Standard & Poor’s Ratings Services on Thursday lowered its corporate credit rating on cement producer Texas Industries Inc. deeper into junk status, citing declining demand for cement and falling prices.
S&P also noted that the company is heavily reliant on Texas and California for a majority of sales, with the latter still in the throes of a severe housing downturn. As business weakens, the company will be squeezed more by its high debt load, S&P said.
The credit ratings agency lowered the company’s rating to "B" from "B+." The rating indicates that while Texas Industries currently can cover its financial obligations, adverse business conditions will likely hurt that ability.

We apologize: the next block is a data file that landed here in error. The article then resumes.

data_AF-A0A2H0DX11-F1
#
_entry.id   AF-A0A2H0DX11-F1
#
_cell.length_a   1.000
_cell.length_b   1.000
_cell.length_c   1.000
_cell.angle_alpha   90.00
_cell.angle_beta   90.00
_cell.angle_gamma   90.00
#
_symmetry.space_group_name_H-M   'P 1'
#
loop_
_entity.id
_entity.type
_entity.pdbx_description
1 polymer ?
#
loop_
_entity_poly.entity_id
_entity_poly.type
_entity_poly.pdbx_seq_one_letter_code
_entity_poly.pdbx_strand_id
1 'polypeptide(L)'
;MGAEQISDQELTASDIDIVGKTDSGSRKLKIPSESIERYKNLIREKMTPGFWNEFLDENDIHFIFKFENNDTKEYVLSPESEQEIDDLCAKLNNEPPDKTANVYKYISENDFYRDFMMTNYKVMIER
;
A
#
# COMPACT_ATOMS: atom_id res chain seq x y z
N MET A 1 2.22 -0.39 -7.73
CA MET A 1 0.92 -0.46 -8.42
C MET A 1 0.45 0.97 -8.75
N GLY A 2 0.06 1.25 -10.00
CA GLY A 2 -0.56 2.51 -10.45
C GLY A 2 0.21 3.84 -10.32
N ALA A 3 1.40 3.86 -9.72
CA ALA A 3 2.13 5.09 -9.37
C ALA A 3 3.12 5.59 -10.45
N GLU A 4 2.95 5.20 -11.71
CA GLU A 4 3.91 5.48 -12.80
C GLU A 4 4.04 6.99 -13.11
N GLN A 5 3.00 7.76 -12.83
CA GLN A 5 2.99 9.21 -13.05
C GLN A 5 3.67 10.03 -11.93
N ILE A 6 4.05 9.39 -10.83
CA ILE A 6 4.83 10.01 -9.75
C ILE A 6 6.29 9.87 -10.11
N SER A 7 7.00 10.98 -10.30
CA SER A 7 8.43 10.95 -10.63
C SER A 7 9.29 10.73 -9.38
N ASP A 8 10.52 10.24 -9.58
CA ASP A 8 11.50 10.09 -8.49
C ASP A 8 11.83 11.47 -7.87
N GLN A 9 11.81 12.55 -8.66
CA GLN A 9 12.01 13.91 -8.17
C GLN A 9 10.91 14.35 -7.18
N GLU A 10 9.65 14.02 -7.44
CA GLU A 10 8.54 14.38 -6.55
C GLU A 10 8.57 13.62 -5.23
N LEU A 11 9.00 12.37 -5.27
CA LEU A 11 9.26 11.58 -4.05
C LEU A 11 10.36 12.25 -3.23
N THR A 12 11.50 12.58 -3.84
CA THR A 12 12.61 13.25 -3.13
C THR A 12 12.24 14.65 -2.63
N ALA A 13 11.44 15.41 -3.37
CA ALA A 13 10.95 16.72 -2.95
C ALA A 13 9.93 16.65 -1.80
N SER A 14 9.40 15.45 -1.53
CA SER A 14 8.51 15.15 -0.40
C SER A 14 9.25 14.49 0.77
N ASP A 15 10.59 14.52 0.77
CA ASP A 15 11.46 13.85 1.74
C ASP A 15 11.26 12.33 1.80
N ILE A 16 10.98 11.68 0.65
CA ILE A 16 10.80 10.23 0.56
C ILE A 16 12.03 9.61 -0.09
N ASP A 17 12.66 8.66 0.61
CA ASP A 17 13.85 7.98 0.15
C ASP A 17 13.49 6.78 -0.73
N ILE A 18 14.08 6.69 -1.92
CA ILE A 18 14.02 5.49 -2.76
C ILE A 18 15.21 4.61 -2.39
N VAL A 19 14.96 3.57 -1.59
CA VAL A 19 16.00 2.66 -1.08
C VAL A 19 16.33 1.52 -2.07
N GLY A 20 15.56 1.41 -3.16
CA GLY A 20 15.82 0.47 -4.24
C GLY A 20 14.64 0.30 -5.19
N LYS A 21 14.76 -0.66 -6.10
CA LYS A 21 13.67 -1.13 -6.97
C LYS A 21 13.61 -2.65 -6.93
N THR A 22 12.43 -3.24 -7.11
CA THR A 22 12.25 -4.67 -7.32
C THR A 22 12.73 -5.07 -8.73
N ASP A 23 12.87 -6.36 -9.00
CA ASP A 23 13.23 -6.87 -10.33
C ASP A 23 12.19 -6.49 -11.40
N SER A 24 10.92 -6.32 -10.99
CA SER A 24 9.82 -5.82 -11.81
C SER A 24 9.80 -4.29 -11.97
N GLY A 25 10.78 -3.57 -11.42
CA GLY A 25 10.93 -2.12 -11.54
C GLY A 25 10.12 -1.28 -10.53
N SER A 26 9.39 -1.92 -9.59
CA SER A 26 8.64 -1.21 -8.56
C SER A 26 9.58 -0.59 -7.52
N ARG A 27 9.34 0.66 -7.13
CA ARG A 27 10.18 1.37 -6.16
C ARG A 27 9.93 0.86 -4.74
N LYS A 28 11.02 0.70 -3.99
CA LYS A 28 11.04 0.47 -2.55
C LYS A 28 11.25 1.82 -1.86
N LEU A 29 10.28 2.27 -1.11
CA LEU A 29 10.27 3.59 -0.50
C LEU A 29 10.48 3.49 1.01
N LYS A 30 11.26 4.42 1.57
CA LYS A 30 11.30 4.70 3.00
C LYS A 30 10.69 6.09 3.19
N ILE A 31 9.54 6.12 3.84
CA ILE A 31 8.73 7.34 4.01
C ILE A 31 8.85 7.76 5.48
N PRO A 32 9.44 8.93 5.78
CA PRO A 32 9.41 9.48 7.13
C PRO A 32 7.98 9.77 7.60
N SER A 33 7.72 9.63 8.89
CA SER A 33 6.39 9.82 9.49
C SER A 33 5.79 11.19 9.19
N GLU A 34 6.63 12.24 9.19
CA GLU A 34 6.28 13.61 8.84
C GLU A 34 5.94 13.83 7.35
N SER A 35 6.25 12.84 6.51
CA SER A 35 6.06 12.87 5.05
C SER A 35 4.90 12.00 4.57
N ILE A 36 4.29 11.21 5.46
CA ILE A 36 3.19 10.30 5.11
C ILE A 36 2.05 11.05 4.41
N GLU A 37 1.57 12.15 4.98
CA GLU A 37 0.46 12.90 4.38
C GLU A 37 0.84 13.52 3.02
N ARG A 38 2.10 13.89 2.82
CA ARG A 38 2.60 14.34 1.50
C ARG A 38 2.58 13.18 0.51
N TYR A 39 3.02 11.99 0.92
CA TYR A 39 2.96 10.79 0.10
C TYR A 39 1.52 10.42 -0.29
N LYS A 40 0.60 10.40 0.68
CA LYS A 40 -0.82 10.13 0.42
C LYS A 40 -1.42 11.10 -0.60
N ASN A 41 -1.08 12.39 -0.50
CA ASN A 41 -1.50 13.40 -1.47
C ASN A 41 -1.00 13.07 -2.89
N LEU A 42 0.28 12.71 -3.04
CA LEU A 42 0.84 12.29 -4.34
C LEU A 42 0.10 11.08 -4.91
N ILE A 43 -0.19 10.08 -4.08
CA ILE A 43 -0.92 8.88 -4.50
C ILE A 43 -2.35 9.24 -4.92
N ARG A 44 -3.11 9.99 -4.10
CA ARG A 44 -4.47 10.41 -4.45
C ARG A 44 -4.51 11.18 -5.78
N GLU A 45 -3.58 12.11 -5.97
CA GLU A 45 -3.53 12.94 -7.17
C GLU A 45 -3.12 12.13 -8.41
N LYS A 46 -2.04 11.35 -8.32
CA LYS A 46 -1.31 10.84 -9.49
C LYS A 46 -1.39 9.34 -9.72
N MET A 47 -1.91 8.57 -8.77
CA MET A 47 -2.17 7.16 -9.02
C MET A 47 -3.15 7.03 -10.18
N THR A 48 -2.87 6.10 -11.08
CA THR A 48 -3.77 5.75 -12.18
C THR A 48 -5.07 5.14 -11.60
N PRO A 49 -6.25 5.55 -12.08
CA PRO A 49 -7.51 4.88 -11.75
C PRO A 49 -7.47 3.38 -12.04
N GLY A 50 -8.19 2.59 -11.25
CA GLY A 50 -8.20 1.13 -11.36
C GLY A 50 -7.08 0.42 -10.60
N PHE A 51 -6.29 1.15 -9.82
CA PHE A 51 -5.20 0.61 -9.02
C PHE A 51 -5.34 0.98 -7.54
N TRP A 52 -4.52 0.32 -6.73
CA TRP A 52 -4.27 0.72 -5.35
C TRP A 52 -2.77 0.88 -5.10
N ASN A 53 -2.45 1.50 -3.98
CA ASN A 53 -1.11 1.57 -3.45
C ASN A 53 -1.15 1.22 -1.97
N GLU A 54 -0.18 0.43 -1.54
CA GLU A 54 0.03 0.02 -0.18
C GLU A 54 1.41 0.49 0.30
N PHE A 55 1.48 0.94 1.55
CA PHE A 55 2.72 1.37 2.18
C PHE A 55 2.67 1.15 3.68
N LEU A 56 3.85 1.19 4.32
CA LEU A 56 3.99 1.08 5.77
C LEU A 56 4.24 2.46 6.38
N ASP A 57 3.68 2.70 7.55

S&P’s rating on Texas Industries’ $550 million senior notes due 2013 was lowered to "B" from "B+" as well. The company’s recovery rating stayed at "4," which means debt holders can expect to recoup 30 percent to 50 percent of what they loaned to Texas Industries if it defaults on payment.
The ratings outlook remained at "Stable" because the company has sufficient capital to fund its operations and make debt payments over the next 12 months, S&P said. A "Stable" rating means that ratings likely won’t change in six months to two years.
But S&P warned that that if commercial construction deteriorates more than expected and spending on infrastructure remains weak, the company’s ratings could be cut.